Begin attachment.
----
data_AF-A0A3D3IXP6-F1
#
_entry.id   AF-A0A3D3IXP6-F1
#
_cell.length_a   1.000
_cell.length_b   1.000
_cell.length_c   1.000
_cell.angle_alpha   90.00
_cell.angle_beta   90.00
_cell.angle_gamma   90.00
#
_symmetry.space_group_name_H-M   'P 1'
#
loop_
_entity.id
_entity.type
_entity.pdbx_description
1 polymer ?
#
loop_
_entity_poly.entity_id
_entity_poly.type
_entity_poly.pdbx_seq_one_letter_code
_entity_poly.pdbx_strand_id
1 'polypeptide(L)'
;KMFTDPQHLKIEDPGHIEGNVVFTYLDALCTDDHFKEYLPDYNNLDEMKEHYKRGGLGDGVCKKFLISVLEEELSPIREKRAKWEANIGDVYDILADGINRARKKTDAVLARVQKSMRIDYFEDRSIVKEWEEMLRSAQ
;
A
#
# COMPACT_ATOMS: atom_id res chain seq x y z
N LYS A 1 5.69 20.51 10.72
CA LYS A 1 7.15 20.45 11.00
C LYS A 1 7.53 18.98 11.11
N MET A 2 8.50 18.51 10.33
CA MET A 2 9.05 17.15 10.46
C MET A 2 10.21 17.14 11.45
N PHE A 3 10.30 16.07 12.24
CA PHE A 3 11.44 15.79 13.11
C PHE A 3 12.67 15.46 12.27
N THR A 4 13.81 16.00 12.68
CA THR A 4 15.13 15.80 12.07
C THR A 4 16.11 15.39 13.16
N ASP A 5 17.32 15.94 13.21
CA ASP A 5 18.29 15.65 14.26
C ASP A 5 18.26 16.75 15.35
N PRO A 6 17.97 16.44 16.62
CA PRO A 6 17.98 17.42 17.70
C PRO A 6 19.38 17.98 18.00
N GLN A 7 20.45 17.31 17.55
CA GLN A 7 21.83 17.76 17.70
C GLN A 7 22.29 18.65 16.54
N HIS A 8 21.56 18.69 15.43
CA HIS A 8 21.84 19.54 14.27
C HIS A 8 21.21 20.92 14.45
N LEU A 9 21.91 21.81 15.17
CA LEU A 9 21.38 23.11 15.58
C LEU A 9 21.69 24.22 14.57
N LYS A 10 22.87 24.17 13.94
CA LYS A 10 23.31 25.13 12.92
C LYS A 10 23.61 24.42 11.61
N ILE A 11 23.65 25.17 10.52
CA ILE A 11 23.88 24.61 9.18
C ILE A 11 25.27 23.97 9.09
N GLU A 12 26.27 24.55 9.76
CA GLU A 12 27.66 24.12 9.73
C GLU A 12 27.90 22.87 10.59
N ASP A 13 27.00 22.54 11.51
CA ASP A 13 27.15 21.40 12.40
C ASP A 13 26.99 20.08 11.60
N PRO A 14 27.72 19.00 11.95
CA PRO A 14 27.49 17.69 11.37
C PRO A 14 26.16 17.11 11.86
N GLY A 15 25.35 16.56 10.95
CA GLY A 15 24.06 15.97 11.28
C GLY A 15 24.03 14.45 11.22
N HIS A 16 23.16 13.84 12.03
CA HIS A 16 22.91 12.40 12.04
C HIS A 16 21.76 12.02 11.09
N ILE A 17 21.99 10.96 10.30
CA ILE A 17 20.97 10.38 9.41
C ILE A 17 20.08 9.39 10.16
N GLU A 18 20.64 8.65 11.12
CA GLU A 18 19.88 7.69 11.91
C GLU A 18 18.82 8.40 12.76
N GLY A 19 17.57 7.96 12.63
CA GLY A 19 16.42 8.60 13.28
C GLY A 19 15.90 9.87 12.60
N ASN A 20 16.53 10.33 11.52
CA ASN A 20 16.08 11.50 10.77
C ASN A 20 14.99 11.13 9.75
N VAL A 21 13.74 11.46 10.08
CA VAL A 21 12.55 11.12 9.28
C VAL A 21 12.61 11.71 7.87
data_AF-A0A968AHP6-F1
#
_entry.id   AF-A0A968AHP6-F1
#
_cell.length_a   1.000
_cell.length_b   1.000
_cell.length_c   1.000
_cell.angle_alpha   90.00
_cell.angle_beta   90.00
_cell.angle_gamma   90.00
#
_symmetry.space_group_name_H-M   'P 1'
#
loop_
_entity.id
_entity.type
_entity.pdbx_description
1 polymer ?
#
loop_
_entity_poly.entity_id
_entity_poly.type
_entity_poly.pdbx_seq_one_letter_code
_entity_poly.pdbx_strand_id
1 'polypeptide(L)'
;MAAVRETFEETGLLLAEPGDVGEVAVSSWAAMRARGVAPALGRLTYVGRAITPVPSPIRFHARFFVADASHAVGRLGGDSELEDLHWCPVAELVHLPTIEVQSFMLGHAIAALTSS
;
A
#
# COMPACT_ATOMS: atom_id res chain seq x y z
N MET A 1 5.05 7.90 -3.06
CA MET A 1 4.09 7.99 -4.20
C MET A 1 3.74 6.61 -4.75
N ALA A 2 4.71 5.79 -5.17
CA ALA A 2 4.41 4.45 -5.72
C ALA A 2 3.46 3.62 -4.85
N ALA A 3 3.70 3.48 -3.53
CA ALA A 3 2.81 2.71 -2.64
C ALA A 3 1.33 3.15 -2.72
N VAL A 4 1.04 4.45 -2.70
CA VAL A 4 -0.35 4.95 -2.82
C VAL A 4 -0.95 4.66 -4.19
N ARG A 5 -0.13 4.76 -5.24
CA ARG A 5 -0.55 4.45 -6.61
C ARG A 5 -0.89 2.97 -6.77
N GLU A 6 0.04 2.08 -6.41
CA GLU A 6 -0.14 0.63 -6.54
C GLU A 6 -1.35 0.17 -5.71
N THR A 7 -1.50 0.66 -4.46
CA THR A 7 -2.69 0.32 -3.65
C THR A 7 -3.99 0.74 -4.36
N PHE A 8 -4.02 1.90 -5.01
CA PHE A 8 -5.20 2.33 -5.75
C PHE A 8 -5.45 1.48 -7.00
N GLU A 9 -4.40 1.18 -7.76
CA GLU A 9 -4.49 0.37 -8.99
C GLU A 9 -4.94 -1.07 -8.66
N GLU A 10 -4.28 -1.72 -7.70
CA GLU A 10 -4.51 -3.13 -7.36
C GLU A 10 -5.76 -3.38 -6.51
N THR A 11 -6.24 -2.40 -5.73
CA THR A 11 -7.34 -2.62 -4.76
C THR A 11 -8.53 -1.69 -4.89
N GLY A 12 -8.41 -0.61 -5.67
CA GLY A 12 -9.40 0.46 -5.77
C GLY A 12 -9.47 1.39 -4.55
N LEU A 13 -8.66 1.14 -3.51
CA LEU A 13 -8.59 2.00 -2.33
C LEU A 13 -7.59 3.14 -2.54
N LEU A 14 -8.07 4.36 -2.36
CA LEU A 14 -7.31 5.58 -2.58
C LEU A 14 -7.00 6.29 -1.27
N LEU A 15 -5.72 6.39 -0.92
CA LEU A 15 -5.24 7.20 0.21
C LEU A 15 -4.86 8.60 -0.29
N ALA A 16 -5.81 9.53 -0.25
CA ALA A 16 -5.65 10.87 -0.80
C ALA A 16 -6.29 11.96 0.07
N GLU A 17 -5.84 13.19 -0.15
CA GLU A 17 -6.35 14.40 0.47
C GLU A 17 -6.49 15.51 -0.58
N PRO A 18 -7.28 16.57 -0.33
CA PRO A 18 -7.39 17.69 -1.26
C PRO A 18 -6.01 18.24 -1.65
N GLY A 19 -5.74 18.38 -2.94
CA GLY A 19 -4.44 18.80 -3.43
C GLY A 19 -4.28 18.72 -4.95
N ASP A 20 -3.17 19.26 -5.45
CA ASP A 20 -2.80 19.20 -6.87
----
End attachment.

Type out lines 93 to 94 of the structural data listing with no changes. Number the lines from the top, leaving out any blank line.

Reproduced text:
C VAL A 21 12.61 11.71 7.87
data_AF-A0A968AHP6-F1